A few weekends ago we traveled down to Ocala for the annual Silver-River Knap-In, an event highlighting the technology of the early Native peoples of Florida, with demonstrators making stone tools (flintknapping), cordage, baskets, canoes, and of course, pottery.

An array of pottery tools with a coil pot in process
A array of traditional pottery tools, including a coil pot in process

Our display focused on archaeological examples of pottery from Florida. To see pottery being made using traditional methods, we went over to visit Keith Turnstone.

Keith is a potter who focuses on making pottery the way it has been made for thousands of years. On site at the festival, he had set up a pottery making camp with all of the tools he would need. He had collected clay from several different areas in Florida prior to arriving at the Knap-In.

Raw clay usually has impurities like rocks or roots that need to be removed, and may need to have tempering agents such as sand added to improve workability. It should be well-mixed to make it homogenous. As you can see, the color of the raw clay clods is different from the smooth ball because of blending.

A deerhide with lump on pinkish clay on left, and mound of grayish lumps on the right
The grayish raw clay lumps turn into smooth, reddish clay balls after being pounded and wedged. A deer hide is used as a work surface.

Keith has a variety of tools for shaping and decorating pots. For example, carved wooden paddles  were used to compact the walls of pots and leave a design. Swift Creek Complicated Stamped pottery was made using paddles like these.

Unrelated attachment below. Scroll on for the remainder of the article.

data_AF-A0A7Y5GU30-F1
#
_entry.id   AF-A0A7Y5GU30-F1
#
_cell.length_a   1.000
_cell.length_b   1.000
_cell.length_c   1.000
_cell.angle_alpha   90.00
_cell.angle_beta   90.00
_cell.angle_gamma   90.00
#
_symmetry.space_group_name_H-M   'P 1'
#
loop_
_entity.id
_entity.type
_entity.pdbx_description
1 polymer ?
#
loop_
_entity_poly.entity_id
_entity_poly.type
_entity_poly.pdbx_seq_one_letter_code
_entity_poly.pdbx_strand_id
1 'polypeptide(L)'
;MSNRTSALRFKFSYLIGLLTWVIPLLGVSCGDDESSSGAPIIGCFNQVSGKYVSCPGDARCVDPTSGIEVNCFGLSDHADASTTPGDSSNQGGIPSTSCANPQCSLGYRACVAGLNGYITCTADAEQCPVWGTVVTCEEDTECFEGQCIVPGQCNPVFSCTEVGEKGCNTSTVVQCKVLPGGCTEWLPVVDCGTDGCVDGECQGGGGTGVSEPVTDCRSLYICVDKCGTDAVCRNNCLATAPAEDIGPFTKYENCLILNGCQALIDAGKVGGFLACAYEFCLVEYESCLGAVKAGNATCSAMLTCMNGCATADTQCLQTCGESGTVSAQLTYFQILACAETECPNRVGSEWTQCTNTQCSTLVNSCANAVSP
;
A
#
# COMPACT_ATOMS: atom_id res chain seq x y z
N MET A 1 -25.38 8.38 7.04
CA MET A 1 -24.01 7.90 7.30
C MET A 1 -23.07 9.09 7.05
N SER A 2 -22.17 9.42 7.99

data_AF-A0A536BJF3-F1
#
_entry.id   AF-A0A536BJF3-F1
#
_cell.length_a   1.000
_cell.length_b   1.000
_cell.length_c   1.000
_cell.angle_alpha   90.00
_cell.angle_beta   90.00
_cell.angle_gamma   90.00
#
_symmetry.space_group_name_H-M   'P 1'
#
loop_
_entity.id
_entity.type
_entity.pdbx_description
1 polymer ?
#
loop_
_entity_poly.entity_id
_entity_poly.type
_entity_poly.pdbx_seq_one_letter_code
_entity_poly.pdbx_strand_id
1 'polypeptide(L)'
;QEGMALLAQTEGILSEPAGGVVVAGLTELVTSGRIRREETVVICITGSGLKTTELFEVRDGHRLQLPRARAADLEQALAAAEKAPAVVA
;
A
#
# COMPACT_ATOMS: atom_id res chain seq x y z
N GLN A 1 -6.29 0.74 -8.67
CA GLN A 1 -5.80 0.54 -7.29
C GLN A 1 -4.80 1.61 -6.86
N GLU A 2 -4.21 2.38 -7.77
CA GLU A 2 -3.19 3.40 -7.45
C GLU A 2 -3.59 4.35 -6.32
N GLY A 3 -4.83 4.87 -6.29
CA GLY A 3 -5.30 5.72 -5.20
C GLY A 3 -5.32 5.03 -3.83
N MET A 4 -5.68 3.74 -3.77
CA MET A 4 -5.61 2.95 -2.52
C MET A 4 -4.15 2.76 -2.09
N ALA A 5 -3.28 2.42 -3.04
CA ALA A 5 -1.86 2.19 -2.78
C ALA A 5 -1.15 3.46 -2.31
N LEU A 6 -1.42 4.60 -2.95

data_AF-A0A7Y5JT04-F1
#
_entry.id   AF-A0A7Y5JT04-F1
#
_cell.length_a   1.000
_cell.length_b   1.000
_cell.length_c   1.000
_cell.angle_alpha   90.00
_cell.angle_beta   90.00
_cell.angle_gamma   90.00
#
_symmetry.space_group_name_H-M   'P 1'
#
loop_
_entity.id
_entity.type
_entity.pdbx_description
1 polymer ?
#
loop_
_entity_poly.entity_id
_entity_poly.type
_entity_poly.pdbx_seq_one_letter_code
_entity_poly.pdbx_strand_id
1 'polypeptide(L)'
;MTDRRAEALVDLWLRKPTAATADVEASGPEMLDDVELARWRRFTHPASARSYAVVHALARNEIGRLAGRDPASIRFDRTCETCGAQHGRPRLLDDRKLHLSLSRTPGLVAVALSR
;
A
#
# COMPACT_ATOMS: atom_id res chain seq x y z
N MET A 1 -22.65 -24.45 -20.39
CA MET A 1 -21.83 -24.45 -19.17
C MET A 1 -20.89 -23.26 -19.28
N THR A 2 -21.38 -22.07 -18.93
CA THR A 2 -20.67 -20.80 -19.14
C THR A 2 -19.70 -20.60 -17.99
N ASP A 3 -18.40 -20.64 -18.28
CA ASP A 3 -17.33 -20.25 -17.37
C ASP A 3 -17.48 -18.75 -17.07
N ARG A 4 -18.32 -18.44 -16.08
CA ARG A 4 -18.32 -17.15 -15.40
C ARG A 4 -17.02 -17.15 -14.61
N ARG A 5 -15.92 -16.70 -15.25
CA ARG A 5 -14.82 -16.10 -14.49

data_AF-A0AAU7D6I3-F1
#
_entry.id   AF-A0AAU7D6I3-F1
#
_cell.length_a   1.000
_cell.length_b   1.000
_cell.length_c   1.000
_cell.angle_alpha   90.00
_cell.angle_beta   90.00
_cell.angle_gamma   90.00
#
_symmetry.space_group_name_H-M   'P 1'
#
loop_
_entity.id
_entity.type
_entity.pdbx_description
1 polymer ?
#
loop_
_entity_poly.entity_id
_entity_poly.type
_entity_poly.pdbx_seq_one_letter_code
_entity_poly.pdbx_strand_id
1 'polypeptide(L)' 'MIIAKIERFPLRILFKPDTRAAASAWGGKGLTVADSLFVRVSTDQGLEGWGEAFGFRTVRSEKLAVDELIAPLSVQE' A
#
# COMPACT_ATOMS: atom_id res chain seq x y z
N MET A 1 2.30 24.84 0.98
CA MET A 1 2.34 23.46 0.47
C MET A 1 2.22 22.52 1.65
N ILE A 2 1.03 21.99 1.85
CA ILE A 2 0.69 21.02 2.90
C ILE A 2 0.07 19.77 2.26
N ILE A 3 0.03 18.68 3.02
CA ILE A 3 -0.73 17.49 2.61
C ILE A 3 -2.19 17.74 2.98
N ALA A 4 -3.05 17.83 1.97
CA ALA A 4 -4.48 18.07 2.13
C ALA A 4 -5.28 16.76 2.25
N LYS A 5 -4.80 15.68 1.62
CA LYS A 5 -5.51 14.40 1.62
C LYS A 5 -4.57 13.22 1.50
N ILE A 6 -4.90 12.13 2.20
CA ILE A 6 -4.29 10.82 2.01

two wooden paddles with curvilinear designs
Replica Swift Creek style wooden paddles
Swift Creek Complicated Stamped body sherds
Swift Creek Complicated Stamped body sherds

To fire his pots, Keith slowly dries them next to his campfire, gradually edging them closer to the heat, until they are in the flames and reach full temperature. After the fire has died down, the pots cool and can be removed. If all goes well, they stay in one piece!

A pottery jar on the ground
A replica of a check-stamped jar, sitting in ashes after being fired

At this point the pot is complete, and can be used. Keith was slow cooking his dinner of beans in one of his replicas. Notice the broken sherds of pottery on top that act as a lid.

A blackened pot sitting in ashes with wood stacked next to it
A pottery vessel being used to slow cook, sitting on a bed of hot coals

We appreciate the work of folks like Keith, who spend a lot of time making their own tools, testing clay recipes, and showing us what pottery making may have looked like in the past. Go see him next year!